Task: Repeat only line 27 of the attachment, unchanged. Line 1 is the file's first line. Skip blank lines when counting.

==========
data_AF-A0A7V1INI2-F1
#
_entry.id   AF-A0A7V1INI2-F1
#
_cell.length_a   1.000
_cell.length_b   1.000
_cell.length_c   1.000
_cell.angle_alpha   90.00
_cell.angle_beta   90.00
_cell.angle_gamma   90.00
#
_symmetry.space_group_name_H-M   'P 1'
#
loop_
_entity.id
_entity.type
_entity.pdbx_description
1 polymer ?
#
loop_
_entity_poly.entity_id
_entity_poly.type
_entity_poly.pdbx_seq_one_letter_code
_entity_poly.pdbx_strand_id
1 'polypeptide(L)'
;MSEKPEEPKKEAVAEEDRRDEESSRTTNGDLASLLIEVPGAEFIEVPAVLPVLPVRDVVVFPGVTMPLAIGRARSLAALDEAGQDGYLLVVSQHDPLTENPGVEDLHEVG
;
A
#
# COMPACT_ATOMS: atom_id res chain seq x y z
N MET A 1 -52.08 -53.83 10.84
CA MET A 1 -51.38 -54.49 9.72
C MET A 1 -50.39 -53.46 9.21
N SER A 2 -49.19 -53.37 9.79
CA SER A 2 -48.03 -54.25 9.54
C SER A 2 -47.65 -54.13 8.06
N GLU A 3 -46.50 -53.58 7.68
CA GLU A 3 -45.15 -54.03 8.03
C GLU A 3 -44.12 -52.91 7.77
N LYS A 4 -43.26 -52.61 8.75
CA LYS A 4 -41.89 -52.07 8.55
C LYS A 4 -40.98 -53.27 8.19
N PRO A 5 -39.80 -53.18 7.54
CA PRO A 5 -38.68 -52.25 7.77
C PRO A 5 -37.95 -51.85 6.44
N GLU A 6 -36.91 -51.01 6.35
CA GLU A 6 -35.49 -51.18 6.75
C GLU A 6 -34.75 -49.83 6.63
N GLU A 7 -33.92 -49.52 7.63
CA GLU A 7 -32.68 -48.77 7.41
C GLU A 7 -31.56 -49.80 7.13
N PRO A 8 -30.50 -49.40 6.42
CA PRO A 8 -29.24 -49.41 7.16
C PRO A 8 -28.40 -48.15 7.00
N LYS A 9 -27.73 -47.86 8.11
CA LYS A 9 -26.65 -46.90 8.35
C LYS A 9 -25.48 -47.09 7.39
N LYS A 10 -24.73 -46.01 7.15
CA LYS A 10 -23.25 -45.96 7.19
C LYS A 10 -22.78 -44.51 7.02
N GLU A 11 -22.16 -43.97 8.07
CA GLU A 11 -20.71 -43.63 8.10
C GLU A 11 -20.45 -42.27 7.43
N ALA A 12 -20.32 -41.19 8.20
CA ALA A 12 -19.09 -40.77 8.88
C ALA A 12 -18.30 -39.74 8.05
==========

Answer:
;